Research Ethics and Integrity
These pages provide information and resources for the University of Canberra research community regarding obligations associated with the responsible conduct of research. This includes general matters relating to research integrity, as well as specific requirements for the conduct of research that involves animal experimentation, human participants, radiation, gene technology, and export controls.
The University of Canberra is committed to promoting and ensuring the responsible conduct of research. This includes fostering an environment characterised by the following principles:
- Intellectual honesty in undertaking and reporting research;
- Respect for all participants in and subjects of research, including humans, animals and the environment;
- Accuracy in representing contributions to research;
- Collegiality and fairness in interactions, including communications and sharing of resources with other researchers; and
- Transparency in declaring conflicts of interest.
To that end, it is important that researchers and research students meet their obligations in maintaining high standards of responsible research and adhere to regulations and policies relating to the conduct of research.
Responsible Conduct of Research
The UC Responsible Conduct of Research Policy sets out the University of Canberra's guidelines on the responsible practice of research, and steps to be followed to deal with allegations regarding research misconduct. The policy applies to all members of the University community who are undertaking research. The policy is underpinned by the Australian Code for the Responsible Conduct of Research which provides guidance around:
- Management of research data and primary materials;
- Supervision of research trainees;
- Publication and dissemination of research findings;
- Peer review;
- Conflict of interest; and
- Collaborative research across institutions
Supporting Research Integrity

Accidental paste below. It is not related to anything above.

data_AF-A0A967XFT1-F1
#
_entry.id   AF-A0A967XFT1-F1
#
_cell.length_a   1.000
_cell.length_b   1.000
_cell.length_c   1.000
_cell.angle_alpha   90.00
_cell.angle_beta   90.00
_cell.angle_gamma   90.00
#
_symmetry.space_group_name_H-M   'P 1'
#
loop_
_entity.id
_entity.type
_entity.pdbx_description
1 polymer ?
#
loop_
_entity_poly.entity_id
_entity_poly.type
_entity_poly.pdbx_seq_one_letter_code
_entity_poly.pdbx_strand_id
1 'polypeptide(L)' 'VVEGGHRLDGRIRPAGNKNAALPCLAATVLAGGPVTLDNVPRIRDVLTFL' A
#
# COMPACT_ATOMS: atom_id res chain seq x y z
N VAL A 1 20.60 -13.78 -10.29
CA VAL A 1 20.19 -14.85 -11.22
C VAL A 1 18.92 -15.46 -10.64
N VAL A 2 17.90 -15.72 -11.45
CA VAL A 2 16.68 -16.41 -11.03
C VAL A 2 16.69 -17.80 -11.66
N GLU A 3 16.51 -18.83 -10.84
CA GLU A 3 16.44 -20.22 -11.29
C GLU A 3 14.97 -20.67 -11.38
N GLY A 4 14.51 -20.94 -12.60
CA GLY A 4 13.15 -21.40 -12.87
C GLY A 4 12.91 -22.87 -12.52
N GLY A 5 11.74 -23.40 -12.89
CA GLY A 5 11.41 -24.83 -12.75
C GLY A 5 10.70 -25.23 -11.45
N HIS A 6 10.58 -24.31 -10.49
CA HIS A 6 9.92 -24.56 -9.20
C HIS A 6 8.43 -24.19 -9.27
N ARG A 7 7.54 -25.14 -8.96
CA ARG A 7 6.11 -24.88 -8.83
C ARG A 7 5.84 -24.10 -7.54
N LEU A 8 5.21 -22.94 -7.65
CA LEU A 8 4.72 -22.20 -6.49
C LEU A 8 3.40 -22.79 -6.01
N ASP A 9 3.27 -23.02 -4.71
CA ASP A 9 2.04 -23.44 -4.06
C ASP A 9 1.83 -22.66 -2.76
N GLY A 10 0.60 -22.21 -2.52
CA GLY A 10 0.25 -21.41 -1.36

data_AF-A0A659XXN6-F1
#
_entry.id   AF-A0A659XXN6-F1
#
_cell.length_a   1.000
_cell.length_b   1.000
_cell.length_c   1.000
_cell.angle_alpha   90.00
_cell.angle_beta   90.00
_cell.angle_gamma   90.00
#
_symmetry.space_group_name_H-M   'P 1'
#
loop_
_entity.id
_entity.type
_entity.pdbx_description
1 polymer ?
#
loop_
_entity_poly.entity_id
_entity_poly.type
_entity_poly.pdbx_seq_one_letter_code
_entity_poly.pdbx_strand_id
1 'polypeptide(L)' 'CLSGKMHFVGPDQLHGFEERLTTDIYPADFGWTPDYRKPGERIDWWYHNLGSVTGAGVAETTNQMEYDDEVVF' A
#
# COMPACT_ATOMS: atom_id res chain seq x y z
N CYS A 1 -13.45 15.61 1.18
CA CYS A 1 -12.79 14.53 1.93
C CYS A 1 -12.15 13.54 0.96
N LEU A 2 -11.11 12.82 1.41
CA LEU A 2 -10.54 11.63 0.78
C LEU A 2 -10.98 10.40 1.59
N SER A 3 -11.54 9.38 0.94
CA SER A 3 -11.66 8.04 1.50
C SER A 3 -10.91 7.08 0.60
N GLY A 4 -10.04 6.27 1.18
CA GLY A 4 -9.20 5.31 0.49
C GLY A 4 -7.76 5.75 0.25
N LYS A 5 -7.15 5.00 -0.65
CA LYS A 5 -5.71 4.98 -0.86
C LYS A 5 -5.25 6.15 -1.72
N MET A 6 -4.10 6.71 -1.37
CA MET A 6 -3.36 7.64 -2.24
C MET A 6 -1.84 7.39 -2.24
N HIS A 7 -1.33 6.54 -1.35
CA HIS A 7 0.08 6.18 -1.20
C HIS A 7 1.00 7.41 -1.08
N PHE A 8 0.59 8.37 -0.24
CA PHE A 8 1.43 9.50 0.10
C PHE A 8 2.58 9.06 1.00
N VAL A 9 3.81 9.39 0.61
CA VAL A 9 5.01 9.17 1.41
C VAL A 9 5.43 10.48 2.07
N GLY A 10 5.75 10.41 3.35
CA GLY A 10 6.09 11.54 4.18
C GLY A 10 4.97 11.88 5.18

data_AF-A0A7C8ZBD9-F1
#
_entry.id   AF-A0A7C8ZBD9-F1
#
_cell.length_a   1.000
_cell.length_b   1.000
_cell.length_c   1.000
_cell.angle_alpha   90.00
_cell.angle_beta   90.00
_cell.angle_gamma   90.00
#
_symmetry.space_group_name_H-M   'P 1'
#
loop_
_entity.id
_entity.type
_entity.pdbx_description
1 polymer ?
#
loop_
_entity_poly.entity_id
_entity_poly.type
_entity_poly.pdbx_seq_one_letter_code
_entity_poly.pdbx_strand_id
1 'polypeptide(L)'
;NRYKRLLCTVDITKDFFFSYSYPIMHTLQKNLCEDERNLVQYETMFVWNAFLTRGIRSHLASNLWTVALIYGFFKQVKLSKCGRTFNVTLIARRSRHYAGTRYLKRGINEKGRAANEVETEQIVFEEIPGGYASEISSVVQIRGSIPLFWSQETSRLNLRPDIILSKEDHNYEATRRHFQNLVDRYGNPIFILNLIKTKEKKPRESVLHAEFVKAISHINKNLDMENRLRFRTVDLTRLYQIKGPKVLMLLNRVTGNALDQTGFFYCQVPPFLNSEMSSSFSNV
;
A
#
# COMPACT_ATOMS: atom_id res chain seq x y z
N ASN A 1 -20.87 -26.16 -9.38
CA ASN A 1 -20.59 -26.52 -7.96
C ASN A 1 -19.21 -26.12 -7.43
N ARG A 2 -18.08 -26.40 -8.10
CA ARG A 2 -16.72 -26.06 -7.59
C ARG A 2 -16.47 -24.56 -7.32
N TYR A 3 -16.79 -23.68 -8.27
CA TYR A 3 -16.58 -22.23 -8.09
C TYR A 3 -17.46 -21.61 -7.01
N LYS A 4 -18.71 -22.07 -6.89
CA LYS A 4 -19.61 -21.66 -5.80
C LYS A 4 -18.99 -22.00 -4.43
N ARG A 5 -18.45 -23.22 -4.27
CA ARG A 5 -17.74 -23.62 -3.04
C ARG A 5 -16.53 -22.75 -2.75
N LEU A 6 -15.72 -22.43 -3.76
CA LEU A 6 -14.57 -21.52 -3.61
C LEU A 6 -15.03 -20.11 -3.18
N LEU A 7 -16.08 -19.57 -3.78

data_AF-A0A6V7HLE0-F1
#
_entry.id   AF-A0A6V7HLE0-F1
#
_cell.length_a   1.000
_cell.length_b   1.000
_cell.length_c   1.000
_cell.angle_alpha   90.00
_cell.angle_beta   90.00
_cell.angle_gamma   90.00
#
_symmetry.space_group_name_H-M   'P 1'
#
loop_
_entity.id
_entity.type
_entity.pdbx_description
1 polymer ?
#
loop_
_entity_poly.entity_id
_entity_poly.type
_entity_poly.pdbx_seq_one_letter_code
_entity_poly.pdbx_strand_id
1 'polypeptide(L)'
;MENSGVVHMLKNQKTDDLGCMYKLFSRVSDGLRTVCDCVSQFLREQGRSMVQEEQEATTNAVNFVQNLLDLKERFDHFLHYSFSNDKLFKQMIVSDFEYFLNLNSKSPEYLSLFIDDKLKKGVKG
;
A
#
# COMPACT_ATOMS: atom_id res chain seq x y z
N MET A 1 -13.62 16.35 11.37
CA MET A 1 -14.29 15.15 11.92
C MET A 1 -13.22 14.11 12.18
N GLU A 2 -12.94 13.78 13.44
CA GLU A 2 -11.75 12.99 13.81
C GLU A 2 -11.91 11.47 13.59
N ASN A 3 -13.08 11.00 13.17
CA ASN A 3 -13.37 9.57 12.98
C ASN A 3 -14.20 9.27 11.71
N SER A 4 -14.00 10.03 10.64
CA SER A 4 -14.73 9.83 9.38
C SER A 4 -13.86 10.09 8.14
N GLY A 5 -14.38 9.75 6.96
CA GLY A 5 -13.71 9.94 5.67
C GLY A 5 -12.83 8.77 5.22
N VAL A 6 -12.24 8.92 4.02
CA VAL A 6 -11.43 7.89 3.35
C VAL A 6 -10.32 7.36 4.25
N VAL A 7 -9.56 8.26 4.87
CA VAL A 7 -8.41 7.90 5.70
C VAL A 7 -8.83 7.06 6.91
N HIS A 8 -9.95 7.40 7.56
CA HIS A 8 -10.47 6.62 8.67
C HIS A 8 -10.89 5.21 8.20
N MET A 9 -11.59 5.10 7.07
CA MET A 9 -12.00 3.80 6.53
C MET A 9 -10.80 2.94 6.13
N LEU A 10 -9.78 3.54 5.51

As part of its commitment to supporting high standards of research integrity, all members of the UC community are able to access discipline specific training modules that provide guidance on principles of robust research practices and advice on solving complex ethical and integrity issues that they may encounter. In addition, they are designed to ensure researchers fully understand their professional responsibilities.
Completion of the discipline-specific training modules is mandatory for all Higher Degree by Research students prior to confirmation of candidature as well as new, incoming academic staff.
The Research Integrity Modules are now available online to staff and students. Following the online or face-to-face training, participants must complete the short online test (available in the Research Integrity Modules) and achieve a score of 80% or more to be deemed to have successfully completed the course.
Research Integrity Advisers
The University has appointed Advisers on Integrity in Research to guide UC staff and students/trainees who may have concerns about research conduct issues. This could include providing assistance in the interpretation of misconduct in research as detailed in the UC Responsible Conduct of Research Policy as well as the Australian Code for the Responsible Conduct of Research, providing confidential advice in instances where staff or students/trainees are considering reporting research misconduct, and explaining options available in the event that an allegation of misconduct is to be pursued. The Advisers are not faculty or research institute specific, and staff and students are free to consult any of the Advisers.
Research Integrity Advisers:
- Professor Ross Thompson
- Professor Deborah Davis
All projects undertaken at the University of Canberra that involve the use of animals either for research, teaching or other experimental study in which animals are used must be approved by the Animal Ethics Committee (AEC).
An animal is defined as any vertebrate (other than a human being) and includes mammals, birds, reptiles, amphibians and fish. Adult decapod crustaceans and cephalopods also fall under the definition of animal for the intents and purposes of the legislation and code that protects the welfare of animals used for research.
The ACT Animal Welfare Act (1992) and the Code of Practice for the Care and use of Animals for Scientific Purposes stipulate that approval must be obtained from the institutional AEC before animals are used for research or teaching. This legislation was introduced to protect the welfare of animals, by ensuring that their use in research and teaching is always humane, considerate, responsible and justified.
All complaints in relation to projects using animals should be sent in writing to the Secretariat. For further information please see the Complaints Procedure.